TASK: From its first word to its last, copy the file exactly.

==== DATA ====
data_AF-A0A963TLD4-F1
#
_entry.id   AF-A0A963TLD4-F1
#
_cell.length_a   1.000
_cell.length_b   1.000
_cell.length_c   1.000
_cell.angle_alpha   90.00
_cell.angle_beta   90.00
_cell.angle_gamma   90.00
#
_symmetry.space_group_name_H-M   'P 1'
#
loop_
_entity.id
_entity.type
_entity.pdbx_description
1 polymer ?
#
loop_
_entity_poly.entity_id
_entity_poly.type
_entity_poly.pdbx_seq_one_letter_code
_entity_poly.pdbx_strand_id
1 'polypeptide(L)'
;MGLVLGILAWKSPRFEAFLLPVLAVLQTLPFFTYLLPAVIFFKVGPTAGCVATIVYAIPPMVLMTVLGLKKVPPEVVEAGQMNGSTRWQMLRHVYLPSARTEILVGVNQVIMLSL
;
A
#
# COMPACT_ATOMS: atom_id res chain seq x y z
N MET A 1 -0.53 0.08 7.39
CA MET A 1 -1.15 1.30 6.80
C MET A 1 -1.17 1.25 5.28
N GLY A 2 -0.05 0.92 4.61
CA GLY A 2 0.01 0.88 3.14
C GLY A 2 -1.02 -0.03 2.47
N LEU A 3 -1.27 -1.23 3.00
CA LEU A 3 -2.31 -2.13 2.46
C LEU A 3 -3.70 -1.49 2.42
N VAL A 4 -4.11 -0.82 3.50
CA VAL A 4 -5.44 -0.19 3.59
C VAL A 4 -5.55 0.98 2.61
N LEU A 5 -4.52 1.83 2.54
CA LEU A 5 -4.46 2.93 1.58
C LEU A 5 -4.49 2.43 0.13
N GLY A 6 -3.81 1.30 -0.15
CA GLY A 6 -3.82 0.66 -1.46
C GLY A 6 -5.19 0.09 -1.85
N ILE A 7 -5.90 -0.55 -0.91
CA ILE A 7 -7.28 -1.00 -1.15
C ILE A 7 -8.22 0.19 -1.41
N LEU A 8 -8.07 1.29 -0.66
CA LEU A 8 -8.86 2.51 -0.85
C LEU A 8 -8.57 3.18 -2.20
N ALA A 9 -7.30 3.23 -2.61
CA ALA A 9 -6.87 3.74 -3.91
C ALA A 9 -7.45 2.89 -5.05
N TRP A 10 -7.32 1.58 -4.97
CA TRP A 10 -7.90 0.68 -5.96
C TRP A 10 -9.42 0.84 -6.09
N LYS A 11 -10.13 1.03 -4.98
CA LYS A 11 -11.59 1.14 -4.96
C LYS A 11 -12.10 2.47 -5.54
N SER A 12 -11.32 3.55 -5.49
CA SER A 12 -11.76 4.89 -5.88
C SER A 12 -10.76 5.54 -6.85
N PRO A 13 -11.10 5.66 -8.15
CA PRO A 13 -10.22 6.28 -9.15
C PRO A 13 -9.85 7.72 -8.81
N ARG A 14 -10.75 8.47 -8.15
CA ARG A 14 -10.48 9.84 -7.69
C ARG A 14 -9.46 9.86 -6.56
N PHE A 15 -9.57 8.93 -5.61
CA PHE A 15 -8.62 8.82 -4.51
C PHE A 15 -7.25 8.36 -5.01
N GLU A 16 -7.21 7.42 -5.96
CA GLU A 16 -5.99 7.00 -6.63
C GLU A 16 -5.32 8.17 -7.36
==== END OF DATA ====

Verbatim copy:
data_AF-A0A963TLD4-F1
#
_entry.id   AF-A0A963TLD4-F1
#
_cell.length_a   1.000
_cell.length_b   1.000
_cell.length_c   1.000
_cell.angle_alpha   90.00
_cell.angle_beta   90.00
_cell.angle_gamma   90.00
#
_symmetry.space_group_name_H-M   'P 1'
#
loop_
_entity.id
_entity.type
_entity.pdbx_description
1 polymer ?
#
loop_
_entity_poly.entity_id
_entity_poly.type
_entity_poly.pdbx_seq_one_letter_code
_entity_poly.pdbx_strand_id
1 'polypeptide(L)'
;MGLVLGILAWKSPRFEAFLLPVLAVLQTLPFFTYLLPAVIFFKVGPTAGCVATIVYAIPPMVLMTVLGLKKVPPEVVEAGQMNGSTRWQMLRHVYLPSARTEILVGVNQVIMLSL
;
A
#
# COMPACT_ATOMS: atom_id res chain seq x y z
N MET A 1 -0.53 0.08 7.39
CA MET A 1 -1.15 1.30 6.80
C MET A 1 -1.17 1.25 5.28
N GLY A 2 -0.05 0.92 4.61
CA GLY A 2 0.01 0.88 3.14
C GLY A 2 -1.02 -0.03 2.47
N LEU A 3 -1.27 -1.23 3.00
CA LEU A 3 -2.31 -2.13 2.46
C LEU A 3 -3.70 -1.49 2.42
N VAL A 4 -4.11 -0.82 3.50
CA VAL A 4 -5.44 -0.19 3.59
C VAL A 4 -5.55 0.98 2.61
N LEU A 5 -4.52 1.83 2.54
CA LEU A 5 -4.46 2.93 1.58
C LEU A 5 -4.49 2.43 0.13
N GLY A 6 -3.81 1.30 -0.15
CA GLY A 6 -3.82 0.66 -1.46
C GLY A 6 -5.19 0.09 -1.85
N ILE A 7 -5.90 -0.55 -0.91
CA ILE A 7 -7.28 -1.00 -1.15
C ILE A 7 -8.22 0.19 -1.41
N LEU A 8 -8.07 1.29 -0.66
CA LEU A 8 -8.86 2.51 -0.85
C LEU A 8 -8.57 3.18 -2.20
N ALA A 9 -7.30 3.23 -2.61
CA ALA A 9 -6.87 3.74 -3.91
C ALA A 9 -7.45 2.89 -5.05
N TRP A 10 -7.32 1.58 -4.97
CA TRP A 10 -7.90 0.68 -5.96
C TRP A 10 -9.42 0.84 -6.09
N LYS A 11 -10.13 1.03 -4.98
CA LYS A 11 -11.59 1.14 -4.96
C LYS A 11 -12.10 2.47 -5.54
N SER A 12 -11.32 3.55 -5.49
CA SER A 12 -11.76 4.89 -5.88
C SER A 12 -10.76 5.54 -6.85
N PRO A 13 -11.10 5.66 -8.15
CA PRO A 13 -10.22 6.28 -9.15
C PRO A 13 -9.85 7.72 -8.81
N ARG A 14 -10.75 8.47 -8.15
CA ARG A 14 -10.48 9.84 -7.69
C ARG A 14 -9.46 9.86 -6.56
N PHE A 15 -9.57 8.93 -5.61
CA PHE A 15 -8.62 8.82 -4.51
C PHE A 15 -7.25 8.36 -5.01
N GLU A 16 -7.21 7.42 -5.96
CA GLU A 16 -5.99 7.00 -6.63
C GLU A 16 -5.32 8.17 -7.36